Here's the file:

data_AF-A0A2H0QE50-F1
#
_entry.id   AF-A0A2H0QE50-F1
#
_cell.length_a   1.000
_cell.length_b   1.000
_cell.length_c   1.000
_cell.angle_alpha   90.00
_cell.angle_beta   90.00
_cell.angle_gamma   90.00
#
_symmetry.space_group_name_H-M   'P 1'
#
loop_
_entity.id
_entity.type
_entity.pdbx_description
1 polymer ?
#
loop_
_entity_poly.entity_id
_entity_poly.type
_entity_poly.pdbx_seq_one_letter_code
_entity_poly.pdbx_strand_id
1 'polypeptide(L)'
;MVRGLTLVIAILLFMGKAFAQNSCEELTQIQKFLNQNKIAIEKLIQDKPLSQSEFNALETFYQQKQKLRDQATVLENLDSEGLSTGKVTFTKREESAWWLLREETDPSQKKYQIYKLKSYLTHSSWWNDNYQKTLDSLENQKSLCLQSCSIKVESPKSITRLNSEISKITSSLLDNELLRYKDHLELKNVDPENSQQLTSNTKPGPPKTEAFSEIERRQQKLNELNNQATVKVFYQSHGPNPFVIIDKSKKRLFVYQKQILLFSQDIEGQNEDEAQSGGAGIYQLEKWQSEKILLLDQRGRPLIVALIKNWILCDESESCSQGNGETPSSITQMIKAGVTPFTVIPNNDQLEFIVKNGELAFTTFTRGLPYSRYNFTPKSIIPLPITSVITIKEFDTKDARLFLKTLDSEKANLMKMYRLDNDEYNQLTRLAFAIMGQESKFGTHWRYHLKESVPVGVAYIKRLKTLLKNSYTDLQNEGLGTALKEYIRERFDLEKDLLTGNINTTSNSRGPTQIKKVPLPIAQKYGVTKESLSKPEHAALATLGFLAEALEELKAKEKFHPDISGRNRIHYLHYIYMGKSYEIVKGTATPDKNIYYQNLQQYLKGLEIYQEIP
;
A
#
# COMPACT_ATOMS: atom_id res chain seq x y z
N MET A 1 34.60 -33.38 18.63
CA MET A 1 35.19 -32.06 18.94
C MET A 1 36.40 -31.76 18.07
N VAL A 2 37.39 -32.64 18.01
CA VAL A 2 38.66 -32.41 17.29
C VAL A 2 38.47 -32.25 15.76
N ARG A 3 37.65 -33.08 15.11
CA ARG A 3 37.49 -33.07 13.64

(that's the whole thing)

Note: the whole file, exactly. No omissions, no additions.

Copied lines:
data_AF-A0A2H0QE50-F1
#
_entry.id   AF-A0A2H0QE50-F1
#
_cell.length_a   1.000
_cell.length_b   1.000
_cell.length_c   1.000
_cell.angle_alpha   90.00
_cell.angle_beta   90.00
_cell.angle_gamma   90.00
#
_symmetry.space_group_name_H-M   'P 1'
#
loop_
_entity.id
_entity.type
_entity.pdbx_description
1 polymer ?
#
loop_
_entity_poly.entity_id
_entity_poly.type
_entity_poly.pdbx_seq_one_letter_code
_entity_poly.pdbx_strand_id
1 'polypeptide(L)'
;MVRGLTLVIAILLFMGKAFAQNSCEELTQIQKFLNQNKIAIEKLIQDKPLSQSEFNALETFYQQKQKLRDQATVLENLDSEGLSTGKVTFTKREESAWWLLREETDPSQKKYQIYKLKSYLTHSSWWNDNYQKTLDSLENQKSLCLQSCSIKVESPKSITRLNSEISKITSSLLDNELLRYKDHLELKNVDPENSQQLTSNTKPGPPKTEAFSEIERRQQKLNELNNQATVKVFYQSHGPNPFVIIDKSKKRLFVYQKQILLFSQDIEGQNEDEAQSGGAGIYQLEKWQSEKILLLDQRGRPLIVALIKNWILCDESESCSQGNGETPSSITQMIKAGVTPFTVIPNNDQLEFIVKNGELAFTTFTRGLPYSRYNFTPKSIIPLPITSVITIKEFDTKDARLFLKTLDSEKANLMKMYRLDNDEYNQLTRLAFAIMGQESKFGTHWRYHLKESVPVGVAYIKRLKTLLKNSYTDLQNEGLGTALKEYIRERFDLEKDLLTGNINTTSNSRGPTQIKKVPLPIAQKYGVTKESLSKPEHAALATLGFLAEALEELKAKEKFHPDISGRNRIHYLHYIYMGKSYEIVKGTATPDKNIYYQNLQQYLKGLEIYQEIP
;
A
#
# COMPACT_ATOMS: atom_id res chain seq x y z
N MET A 1 34.60 -33.38 18.63
CA MET A 1 35.19 -32.06 18.94
C MET A 1 36.40 -31.76 18.07
N VAL A 2 37.39 -32.64 18.01
CA VAL A 2 38.66 -32.41 17.29
C VAL A 2 38.47 -32.25 15.76
N ARG A 3 37.65 -33.08 15.11
CA ARG A 3 37.49 -33.07 13.64